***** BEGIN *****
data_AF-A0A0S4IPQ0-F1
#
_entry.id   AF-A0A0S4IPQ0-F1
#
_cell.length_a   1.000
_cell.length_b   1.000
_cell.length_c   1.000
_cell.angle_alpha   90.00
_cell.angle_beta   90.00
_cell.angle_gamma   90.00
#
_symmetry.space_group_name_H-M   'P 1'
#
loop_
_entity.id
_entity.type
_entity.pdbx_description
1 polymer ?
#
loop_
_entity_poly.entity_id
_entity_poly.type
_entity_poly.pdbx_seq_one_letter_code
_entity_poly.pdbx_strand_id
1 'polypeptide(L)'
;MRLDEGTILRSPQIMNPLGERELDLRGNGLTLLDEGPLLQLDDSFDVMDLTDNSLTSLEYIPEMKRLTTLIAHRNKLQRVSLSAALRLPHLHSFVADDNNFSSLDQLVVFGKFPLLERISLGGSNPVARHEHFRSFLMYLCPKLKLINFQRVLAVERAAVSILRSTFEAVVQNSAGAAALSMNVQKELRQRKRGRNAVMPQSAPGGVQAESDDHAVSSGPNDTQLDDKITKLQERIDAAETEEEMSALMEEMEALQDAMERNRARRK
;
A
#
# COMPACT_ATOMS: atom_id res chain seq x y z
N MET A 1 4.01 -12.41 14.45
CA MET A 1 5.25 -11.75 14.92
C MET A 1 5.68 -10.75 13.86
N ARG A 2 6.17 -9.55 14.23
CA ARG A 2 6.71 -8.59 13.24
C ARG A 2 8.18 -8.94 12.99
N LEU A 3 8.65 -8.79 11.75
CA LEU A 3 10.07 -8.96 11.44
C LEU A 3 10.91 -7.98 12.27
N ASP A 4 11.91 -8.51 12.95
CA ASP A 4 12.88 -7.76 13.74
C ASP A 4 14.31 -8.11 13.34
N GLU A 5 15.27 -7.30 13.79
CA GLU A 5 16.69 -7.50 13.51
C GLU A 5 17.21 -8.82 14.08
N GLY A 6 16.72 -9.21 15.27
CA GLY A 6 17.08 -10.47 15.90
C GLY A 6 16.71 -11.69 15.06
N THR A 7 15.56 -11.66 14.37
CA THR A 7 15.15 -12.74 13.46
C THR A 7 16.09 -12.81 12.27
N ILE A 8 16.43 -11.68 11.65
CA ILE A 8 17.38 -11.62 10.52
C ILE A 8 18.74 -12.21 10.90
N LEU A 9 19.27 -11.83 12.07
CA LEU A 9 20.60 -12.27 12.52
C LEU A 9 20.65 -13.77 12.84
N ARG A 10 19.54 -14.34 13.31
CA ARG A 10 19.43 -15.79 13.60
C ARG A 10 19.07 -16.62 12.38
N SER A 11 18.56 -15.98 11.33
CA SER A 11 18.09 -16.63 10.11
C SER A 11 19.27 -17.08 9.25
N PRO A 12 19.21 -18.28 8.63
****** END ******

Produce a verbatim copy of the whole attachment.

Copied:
data_AF-A0A0S4IPQ0-F1
#
_entry.id   AF-A0A0S4IPQ0-F1
#
_cell.length_a   1.000
_cell.length_b   1.000
_cell.length_c   1.000
_cell.angle_alpha   90.00
_cell.angle_beta   90.00
_cell.angle_gamma   90.00
#
_symmetry.space_group_name_H-M   'P 1'
#
loop_
_entity.id
_entity.type
_entity.pdbx_description
1 polymer ?
#
loop_
_entity_poly.entity_id
_entity_poly.type
_entity_poly.pdbx_seq_one_letter_code
_entity_poly.pdbx_strand_id
1 'polypeptide(L)'
;MRLDEGTILRSPQIMNPLGERELDLRGNGLTLLDEGPLLQLDDSFDVMDLTDNSLTSLEYIPEMKRLTTLIAHRNKLQRVSLSAALRLPHLHSFVADDNNFSSLDQLVVFGKFPLLERISLGGSNPVARHEHFRSFLMYLCPKLKLINFQRVLAVERAAVSILRSTFEAVVQNSAGAAALSMNVQKELRQRKRGRNAVMPQSAPGGVQAESDDHAVSSGPNDTQLDDKITKLQERIDAAETEEEMSALMEEMEALQDAMERNRARRK
;
A
#
# COMPACT_ATOMS: atom_id res chain seq x y z
N MET A 1 4.01 -12.41 14.45
CA MET A 1 5.25 -11.75 14.92
C MET A 1 5.68 -10.75 13.86
N ARG A 2 6.17 -9.55 14.23
CA ARG A 2 6.71 -8.59 13.24
C ARG A 2 8.18 -8.94 12.99
N LEU A 3 8.65 -8.79 11.75
CA LEU A 3 10.07 -8.96 11.44
C LEU A 3 10.91 -7.98 12.27
N ASP A 4 11.91 -8.51 12.95
CA ASP A 4 12.88 -7.76 13.74
C ASP A 4 14.31 -8.11 13.34
N GLU A 5 15.27 -7.30 13.79
CA GLU A 5 16.69 -7.50 13.51
C GLU A 5 17.21 -8.82 14.08
N GLY A 6 16.72 -9.21 15.27
CA GLY A 6 17.08 -10.47 15.90
C GLY A 6 16.71 -11.69 15.06
N THR A 7 15.56 -11.66 14.37
CA THR A 7 15.15 -12.74 13.46
C THR A 7 16.09 -12.81 12.27
N ILE A 8 16.43 -11.68 11.65
CA ILE A 8 17.38 -11.62 10.52
C ILE A 8 18.74 -12.21 10.90
N LEU A 9 19.27 -11.83 12.07
CA LEU A 9 20.60 -12.27 12.52
C LEU A 9 20.65 -13.77 12.84
N ARG A 10 19.54 -14.34 13.31
CA ARG A 10 19.43 -15.79 13.60
C ARG A 10 19.07 -16.62 12.38
N SER A 11 18.56 -15.98 11.33
CA SER A 11 18.09 -16.63 10.11
C SER A 11 19.27 -17.08 9.25
N PRO A 12 19.21 -18.28 8.63